Nuala McCann: Lockdown life has become so boring that I've resorted to doing my taxes

Lockdown living recalls the long boring Sundays of childhood

WE'VE got those rainy Sunday, grey and lonely blues. There has to be something cheerier than betting on two raindrops racing each other down a single pane of glass. But it brings me back to the long ago Sundays of only three channels, coffee from a bottle called Camp and the looming mountain of homework calling out from the desk upstairs.

Sunday was a grey desert punctuated by Mass in the morning and corned beef for supper. You had your big Sunday dinner, you were sent off to do your homework and the damp feeling seeped into your soul. Sundays were the end of the weekend and school and the week ahead loomed up.

Homework done: there was nothing else to do on drizzly Sunday afternoons but watch Fred Astaire and Ginger Rogers tip tip tapping across the old TV screen. There might be a big sweeping Hollywood staircase and a chorus of happy, happy girls in incy wincy shorts with tap shoes and walking canes, tippy tip tapping too. Maybe there was even a circle of laughing ladies performing synchronised swimming in a pool, bottoms up, legs perfectly straight up in the air.

"Bored and stuck here," I say. When you live with someone of your own generation, you have the same shared memories of Sunday blues.

"Grey Sundays and nothing to watch but old Hollywood films," he sighs.

"Boys Town, The Nun's Story, Spencer Tracy," I say.

"Top Hat, Meet Me in St Louis," he counters, rolling his eyes.

We had no PlayStations or Nintendos, no loadsa TV channels to flick through. All we had was good honest boredom laced with the excitement of imagining there might be upside-down pineapple sponge for dinner. Yes, that was a thing in the days when spaghetti was only ever a describing word for a Western.

The four walls are bearing in on me. "We've only got August and September and then, maybe, a second wave," I tell my husband.

"We've got the rest of our lives," he says with that Spencer Tracy twinkle in his eye. He looks at the miserable droop he married and says, "Remember the old, long haired soothsayer from Monty Python, all 'woe is me, pestilence and death'?"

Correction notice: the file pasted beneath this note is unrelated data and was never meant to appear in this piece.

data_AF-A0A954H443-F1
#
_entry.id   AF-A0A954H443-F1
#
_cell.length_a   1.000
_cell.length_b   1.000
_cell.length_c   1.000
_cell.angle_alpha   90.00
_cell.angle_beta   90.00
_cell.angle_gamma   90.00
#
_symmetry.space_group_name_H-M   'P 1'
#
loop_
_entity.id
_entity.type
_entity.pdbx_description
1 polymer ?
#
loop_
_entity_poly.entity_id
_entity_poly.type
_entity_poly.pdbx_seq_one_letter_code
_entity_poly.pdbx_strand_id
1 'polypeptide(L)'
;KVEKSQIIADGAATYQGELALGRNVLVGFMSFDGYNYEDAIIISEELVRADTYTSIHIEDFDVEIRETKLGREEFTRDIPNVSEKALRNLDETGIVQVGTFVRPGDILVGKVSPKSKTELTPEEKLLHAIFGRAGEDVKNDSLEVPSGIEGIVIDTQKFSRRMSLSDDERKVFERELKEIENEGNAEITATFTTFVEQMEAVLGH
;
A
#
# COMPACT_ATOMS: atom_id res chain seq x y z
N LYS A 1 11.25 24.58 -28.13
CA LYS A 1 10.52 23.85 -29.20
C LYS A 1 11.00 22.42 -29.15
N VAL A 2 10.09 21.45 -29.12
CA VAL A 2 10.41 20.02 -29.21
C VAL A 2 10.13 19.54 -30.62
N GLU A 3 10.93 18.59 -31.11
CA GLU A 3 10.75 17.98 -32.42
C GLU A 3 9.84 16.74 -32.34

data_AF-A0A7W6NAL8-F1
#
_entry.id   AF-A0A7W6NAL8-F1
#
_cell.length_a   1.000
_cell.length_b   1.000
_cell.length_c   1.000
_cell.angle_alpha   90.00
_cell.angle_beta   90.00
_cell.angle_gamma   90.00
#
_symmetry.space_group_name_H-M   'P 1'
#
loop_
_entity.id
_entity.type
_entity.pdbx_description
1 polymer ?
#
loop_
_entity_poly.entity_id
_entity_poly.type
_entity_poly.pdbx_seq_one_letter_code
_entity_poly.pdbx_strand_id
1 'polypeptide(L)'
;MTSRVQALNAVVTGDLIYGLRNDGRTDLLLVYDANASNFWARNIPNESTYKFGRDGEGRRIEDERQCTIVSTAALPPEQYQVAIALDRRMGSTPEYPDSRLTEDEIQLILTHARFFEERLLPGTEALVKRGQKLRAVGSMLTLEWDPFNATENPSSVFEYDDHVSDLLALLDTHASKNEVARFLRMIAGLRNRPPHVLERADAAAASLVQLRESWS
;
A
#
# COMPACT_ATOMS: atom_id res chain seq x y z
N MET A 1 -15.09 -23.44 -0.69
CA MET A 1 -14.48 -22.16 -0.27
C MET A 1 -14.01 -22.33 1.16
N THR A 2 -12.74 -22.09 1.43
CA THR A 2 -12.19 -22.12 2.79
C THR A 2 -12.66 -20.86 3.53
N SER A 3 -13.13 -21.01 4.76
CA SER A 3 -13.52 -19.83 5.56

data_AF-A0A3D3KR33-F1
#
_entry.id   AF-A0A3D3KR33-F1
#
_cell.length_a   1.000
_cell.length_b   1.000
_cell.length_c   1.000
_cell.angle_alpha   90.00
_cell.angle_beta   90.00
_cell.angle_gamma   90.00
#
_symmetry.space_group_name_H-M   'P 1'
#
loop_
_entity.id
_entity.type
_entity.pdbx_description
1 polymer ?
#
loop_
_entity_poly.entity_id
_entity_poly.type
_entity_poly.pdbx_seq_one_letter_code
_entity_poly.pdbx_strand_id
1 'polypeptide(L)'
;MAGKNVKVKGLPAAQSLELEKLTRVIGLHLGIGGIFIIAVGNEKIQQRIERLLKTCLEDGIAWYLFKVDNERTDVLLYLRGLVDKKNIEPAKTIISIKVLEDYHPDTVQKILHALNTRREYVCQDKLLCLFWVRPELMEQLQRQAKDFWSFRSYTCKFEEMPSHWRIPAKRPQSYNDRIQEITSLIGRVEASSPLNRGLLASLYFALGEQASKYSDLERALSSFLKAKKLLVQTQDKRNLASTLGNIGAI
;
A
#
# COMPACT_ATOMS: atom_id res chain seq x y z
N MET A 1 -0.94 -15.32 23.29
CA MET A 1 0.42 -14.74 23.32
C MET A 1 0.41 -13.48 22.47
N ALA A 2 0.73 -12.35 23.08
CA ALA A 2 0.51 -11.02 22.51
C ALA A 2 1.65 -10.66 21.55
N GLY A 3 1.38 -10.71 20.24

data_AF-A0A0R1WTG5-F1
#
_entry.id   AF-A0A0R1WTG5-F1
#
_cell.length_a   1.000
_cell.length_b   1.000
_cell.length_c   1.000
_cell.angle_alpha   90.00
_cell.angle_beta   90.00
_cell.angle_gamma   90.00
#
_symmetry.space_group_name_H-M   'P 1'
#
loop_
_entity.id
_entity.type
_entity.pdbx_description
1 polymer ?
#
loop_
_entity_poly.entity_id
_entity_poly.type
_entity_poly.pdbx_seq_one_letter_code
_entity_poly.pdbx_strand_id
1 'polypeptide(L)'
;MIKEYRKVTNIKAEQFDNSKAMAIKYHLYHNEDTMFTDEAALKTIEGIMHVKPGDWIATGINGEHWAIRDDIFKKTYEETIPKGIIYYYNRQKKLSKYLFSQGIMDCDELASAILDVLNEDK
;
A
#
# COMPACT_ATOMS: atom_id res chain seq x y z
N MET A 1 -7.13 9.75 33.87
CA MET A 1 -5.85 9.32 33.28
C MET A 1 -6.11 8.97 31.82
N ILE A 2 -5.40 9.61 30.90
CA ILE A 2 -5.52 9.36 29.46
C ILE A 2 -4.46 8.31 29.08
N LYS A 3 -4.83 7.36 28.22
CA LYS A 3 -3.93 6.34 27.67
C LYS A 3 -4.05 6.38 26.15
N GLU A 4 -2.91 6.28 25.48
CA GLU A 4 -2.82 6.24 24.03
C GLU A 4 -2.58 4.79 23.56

"Yes," I reply.

"That's you," he says.

I bury myself in my taxes – after all, death and taxes are the only certainties in life – and I am so bored on Sunday that I am completing my tax return. It does not lend to a good mood. I rush frantically around looking for my big blue income book, my P60, my pension details, my life. I tear my hair out and there's more of a mane to rip at these days. I am a Shetland pony with too-long of a fringe and a very vague understanding of the intricacies of tax.

My blue income book reminds me of sitting at my 'O' Level maths exam and asking for a blue logarithm book because everybody else was asking for one... but the question was 'why'?

A friend rings." You need to get out more," she says.

"Tell me about it," I say.

I'm getting into long chats on neighbourhood websites about the ins and outs of lost cats – and I don't even own a cat. The bigger question is, does anyone ever really OWN a cat?

"Take baby steps," says my friend. "Visit the fruit n veg shop and put on your face mask."

I practise speaking to a shopkeeper: "A box of your finest strawberries, my good man, and wipe 'em down with Dettol please," but I can't shake off my inner soothsayer.

I have two face masks – one is black with pink roses. The folk around here like to point out that it matches a pair of my pants.

"You didn't make it from a pair of your old pants?" asks my friend.

"Spare me the thought," I reply.

The other mask is periwinkle blue. And no, I do not faintly resemble the girl behind the flap of the tent in the desert from the old Turkish Delight ad.

The face mask matched with a pair of glasses is not pretty. The glasses fog up when you breathe. My mother is fond of an old optician's ad: "You can't be optimistic with misty optics."

Time to get back on the horse and back out on the street: time to buy your own fruit and veg... soon, very soon.

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